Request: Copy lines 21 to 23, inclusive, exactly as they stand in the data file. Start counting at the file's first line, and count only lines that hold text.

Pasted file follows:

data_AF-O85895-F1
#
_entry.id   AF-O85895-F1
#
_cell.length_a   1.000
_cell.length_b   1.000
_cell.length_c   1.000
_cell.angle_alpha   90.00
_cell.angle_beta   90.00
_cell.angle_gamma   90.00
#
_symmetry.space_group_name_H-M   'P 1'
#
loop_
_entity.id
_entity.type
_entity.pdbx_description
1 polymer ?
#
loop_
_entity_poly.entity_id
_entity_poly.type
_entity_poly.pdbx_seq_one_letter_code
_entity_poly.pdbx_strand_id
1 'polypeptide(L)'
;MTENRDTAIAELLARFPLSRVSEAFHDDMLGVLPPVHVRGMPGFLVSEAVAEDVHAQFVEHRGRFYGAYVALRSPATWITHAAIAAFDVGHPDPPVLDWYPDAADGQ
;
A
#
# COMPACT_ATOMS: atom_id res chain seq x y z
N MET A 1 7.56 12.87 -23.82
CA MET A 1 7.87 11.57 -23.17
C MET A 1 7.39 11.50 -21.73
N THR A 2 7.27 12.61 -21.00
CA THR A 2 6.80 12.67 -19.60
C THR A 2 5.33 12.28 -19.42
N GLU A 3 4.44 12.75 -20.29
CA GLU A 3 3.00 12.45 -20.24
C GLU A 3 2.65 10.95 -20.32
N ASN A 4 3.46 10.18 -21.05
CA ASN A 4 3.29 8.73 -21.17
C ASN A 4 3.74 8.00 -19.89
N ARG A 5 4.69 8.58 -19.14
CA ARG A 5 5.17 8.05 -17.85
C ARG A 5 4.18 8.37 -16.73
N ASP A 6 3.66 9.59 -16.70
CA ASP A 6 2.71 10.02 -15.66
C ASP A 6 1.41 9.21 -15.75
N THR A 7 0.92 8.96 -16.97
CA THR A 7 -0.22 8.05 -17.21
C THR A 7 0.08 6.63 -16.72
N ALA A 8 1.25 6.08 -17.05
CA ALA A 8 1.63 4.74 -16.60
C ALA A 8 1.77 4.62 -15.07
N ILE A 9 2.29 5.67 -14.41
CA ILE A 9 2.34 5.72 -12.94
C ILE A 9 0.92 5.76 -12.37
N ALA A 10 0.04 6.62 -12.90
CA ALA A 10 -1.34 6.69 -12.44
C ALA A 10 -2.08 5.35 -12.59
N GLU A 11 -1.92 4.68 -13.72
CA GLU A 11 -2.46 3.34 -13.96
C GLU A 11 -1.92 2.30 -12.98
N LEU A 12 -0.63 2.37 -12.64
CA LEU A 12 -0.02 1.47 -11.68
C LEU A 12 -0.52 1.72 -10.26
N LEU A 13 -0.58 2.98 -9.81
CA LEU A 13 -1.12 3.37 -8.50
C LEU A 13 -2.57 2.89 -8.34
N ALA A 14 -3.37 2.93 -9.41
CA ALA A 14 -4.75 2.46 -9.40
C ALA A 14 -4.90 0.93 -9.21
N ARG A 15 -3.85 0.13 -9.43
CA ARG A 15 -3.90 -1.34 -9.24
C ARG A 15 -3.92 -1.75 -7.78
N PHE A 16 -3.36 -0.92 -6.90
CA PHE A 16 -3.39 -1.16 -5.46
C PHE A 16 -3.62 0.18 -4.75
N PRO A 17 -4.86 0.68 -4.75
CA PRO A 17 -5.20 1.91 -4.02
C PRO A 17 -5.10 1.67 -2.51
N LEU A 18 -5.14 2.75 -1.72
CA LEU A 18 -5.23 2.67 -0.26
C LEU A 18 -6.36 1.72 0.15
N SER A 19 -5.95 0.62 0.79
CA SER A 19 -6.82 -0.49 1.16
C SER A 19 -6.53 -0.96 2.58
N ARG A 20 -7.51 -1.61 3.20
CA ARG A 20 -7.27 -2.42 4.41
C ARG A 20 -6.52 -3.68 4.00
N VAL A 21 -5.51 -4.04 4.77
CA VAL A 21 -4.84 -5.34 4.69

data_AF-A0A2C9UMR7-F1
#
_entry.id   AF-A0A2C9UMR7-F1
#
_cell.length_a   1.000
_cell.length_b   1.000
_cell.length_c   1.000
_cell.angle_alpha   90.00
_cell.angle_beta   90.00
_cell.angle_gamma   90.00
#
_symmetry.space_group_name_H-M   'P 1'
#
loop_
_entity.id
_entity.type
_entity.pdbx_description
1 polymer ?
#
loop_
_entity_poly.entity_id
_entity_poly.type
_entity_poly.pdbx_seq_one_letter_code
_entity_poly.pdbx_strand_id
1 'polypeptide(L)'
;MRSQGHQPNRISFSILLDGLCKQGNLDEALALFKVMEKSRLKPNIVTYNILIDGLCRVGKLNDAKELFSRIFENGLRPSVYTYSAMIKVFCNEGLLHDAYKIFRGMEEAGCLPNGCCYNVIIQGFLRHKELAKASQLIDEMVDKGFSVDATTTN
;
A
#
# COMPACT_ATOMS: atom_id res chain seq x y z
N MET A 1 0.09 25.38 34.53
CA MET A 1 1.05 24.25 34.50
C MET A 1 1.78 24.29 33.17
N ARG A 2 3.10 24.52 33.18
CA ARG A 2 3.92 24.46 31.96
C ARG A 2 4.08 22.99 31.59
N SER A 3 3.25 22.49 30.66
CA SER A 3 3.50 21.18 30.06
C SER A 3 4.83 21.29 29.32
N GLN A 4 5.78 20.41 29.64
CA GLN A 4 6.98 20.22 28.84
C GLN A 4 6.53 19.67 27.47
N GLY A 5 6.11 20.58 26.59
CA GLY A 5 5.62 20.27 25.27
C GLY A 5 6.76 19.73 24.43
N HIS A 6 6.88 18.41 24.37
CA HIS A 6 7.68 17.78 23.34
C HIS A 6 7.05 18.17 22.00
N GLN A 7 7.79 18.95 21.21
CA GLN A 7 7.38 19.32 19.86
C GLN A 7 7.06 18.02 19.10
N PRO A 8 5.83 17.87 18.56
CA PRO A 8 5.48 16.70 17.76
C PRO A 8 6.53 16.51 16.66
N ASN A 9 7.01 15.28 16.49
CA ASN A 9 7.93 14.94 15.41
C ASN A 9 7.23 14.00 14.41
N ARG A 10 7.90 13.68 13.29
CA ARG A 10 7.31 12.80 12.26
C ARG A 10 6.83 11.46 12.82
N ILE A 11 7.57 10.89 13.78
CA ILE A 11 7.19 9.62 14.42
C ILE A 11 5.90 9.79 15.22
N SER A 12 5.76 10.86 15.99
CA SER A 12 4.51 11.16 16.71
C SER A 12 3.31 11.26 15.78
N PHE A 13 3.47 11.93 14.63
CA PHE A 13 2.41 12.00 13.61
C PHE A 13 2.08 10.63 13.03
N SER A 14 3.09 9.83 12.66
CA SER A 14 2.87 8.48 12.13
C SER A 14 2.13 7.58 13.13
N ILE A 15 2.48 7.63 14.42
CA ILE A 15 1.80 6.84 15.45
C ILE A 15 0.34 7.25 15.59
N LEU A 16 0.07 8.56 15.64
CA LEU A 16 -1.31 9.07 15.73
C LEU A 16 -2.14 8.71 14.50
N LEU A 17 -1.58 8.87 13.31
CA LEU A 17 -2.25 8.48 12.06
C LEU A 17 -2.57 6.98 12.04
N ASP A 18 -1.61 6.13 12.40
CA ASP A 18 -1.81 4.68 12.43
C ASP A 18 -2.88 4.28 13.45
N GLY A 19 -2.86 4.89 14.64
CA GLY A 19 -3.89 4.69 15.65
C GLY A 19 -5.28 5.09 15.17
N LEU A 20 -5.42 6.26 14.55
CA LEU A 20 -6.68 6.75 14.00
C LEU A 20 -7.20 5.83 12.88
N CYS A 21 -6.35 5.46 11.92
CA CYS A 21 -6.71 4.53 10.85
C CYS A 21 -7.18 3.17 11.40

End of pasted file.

_entity_poly.entity_id
_entity_poly.type
_entity_poly.pdbx_seq_one_letter_code